Maria Gunning; The Woman Who Was Thought to be the Most Beautiful Woman in London, England During the 16th Century

Maria-Gunning

George William Coventry, the 6th Earl of Coventry, married Maria Gunning who was said to be the most beautiful woman in London, England, so beautiful in fact that grown men claim to have fainted when in her presence. Gunning wore a heavy layer of lead and mercury based makeup which caused blood poisoning and began to eat away at her skin. It is reported that Gunning only had the light of a tea kettle in her room, because she was so devastated by the damage done to her face by the makeup she wore. Venetian Ceruse, also referred to as “Spirits of Saturn”, was the 16th century cosmetic skin whitening agent which Gunning used. Venetian Ceruse was in great demand and considered the best available cosmetic during the era. The problem with lead and mercury based cosmetological products is that this compound contains acids which eat away at the skin and cause further blemishes which then in turn require even more concealer be used, causing a vicious cyclical scenario (e.g. further blemishes lead to more makeup, and more makeup, leads to ever further blemishes). It is believed that Queen Elizabeth I also used Venetian Ceruse to achieve her iconic pale beauty standard

Queen Elizabeth I and Mary Queen of Scots

Queen-Elizabeth-I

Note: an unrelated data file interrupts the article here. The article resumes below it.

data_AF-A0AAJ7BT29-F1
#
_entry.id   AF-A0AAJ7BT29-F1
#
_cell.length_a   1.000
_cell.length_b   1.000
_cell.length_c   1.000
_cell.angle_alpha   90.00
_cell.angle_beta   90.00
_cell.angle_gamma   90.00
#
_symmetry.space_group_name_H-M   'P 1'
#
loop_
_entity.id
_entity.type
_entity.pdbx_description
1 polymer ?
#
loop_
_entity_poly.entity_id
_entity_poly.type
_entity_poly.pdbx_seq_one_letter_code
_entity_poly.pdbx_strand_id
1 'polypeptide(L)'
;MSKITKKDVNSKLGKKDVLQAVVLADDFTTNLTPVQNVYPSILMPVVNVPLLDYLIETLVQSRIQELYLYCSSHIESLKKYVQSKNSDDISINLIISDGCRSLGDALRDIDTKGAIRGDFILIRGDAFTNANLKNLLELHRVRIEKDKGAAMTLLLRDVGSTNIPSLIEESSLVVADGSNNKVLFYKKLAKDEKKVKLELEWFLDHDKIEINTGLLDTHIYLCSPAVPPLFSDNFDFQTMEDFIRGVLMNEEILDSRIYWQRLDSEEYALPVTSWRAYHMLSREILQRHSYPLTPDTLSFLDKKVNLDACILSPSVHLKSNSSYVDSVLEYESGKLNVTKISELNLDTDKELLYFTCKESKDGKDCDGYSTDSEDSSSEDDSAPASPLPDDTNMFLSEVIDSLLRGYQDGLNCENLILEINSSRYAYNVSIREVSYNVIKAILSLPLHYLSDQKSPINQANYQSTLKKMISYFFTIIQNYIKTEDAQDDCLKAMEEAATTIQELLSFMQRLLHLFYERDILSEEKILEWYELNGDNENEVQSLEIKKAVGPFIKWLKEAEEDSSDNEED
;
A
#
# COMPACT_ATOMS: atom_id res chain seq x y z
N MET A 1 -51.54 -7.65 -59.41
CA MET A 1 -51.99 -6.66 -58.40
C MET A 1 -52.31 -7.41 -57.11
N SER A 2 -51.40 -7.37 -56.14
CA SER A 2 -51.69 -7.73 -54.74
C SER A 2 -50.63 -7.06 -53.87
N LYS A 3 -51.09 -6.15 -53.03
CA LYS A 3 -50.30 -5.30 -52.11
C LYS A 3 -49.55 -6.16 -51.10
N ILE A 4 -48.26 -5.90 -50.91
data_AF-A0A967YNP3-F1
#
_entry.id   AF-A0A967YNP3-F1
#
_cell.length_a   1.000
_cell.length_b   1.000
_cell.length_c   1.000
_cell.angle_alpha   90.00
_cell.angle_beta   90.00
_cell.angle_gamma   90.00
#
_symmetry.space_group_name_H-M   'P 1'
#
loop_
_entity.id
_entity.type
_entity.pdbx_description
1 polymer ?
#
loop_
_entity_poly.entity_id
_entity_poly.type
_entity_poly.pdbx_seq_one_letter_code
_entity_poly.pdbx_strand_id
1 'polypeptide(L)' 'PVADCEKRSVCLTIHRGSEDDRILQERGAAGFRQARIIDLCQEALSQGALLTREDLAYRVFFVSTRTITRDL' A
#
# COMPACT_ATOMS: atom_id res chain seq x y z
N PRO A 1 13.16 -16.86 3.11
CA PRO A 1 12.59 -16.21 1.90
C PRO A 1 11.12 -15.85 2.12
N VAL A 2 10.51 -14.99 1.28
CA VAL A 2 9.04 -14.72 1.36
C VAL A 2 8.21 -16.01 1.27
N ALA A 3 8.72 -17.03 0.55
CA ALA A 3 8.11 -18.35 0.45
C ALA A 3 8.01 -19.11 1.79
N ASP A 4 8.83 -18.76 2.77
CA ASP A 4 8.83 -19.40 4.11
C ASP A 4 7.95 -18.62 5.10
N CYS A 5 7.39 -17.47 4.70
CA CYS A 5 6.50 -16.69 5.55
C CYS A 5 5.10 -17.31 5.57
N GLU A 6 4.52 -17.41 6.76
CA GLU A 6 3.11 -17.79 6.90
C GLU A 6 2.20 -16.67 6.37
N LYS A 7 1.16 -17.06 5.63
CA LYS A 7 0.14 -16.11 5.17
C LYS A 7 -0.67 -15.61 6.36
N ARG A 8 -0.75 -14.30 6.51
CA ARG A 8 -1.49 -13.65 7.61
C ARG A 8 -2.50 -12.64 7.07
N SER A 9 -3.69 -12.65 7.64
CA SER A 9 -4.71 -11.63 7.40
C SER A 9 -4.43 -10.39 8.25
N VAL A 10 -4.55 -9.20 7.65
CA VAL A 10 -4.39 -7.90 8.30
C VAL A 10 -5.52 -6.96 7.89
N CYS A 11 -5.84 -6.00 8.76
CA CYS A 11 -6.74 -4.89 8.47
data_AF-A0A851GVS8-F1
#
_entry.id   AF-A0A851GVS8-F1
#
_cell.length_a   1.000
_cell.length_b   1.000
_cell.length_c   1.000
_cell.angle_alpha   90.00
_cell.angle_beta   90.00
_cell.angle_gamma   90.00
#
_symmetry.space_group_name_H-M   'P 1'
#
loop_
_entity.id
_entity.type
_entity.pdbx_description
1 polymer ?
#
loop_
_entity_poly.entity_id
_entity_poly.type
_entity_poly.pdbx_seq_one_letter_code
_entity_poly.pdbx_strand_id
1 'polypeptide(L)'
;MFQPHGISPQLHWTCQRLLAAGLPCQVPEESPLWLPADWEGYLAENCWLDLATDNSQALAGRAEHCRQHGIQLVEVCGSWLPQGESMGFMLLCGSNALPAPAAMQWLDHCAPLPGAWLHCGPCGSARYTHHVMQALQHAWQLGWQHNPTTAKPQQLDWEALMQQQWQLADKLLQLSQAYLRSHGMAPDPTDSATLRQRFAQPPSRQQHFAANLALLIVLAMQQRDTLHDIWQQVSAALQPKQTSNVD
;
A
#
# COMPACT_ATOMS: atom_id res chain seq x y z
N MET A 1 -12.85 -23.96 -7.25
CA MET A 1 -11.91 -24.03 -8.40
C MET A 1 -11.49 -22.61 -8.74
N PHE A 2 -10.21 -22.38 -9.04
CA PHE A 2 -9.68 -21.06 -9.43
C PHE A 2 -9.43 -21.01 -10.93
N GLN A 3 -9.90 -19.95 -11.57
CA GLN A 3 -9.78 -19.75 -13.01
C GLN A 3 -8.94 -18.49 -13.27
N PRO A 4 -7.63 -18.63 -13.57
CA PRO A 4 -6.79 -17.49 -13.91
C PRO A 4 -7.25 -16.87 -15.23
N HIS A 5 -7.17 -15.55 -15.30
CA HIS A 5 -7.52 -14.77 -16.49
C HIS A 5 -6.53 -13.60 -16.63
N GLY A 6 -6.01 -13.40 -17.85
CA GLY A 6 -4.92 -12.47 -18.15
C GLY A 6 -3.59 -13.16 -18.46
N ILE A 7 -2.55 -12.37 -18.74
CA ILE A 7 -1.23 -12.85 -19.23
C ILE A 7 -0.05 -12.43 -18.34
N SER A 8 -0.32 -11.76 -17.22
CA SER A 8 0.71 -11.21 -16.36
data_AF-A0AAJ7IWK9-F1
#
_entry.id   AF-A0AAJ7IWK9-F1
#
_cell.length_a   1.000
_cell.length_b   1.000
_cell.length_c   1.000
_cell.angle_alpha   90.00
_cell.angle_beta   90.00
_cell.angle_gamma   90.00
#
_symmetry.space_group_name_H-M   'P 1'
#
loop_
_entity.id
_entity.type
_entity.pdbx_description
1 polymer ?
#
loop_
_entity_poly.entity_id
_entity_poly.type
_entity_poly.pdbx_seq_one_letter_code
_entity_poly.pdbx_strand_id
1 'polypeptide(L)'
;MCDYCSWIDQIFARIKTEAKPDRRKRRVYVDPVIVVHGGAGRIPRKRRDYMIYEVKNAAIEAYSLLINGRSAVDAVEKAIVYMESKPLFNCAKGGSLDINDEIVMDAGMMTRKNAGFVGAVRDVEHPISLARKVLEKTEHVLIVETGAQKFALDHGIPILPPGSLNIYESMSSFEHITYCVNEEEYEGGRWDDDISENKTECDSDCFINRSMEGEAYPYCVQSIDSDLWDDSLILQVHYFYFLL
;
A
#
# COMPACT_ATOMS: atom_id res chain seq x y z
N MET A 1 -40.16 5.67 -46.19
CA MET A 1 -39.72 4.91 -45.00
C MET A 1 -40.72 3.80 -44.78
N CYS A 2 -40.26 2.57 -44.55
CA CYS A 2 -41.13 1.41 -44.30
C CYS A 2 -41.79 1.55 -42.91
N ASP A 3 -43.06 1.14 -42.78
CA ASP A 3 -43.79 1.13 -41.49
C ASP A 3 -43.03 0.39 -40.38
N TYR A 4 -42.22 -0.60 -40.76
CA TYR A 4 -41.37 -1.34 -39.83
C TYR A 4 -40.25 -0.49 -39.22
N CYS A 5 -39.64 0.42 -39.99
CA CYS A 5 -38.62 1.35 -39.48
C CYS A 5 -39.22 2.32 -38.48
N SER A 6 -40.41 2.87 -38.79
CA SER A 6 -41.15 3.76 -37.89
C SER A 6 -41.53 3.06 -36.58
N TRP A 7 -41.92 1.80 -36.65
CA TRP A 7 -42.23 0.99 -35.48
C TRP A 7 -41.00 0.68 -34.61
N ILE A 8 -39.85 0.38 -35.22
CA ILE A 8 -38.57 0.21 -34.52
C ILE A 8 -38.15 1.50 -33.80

During the reign of Queen Elizabeth I, being a Catholic was illegal and those suspected of practicing Catholicism were charged with treason against England. Elizabeth I was the cousin of Mary Queen of Scots, and after Mary Queen of Scots was forcibly removed from her kingdom, she was brought in by Elizabeth I despite their difference in religion. Mary Queen of Scots was a devout Catholic and Elizabeth I was a practicing Protestant. Eventually, rumors circulated that Mary Queen of Scots would try to usurp the throne from her cousin. Clandestine messages were sent inside the heels of shoes, within the personal private areas of servants, within the pages of books, and using many other inventive solutions. The most effective way of sending secret messages during this period, was inside the cork of beer barrels as none of Elizabeth I guards ever thought to look there. Lemon juice was used as invisible ink which when heated with a candle flame, revealed clear messages and enabled Mary Queen of Scots and her allies to conspire against Elizabeth I. Mary Queen of Scots was eventually entrapped and convicted with her co-conspirators being publicly hung nearly until death, then brought down and disemboweled and shown their bowels, after which their limbs were cut off and displayed in prominent parts of London, England. Mary Queen of Scots was stayed of her execution as Elizabeth I would not sign her death warrant. It is estimated that this period is when British intelligence, specifically MI5 and MI6, began to formulate. The abbreviation “MI” stands for “military intelligence” and each number stands for “section 5” and “section 6”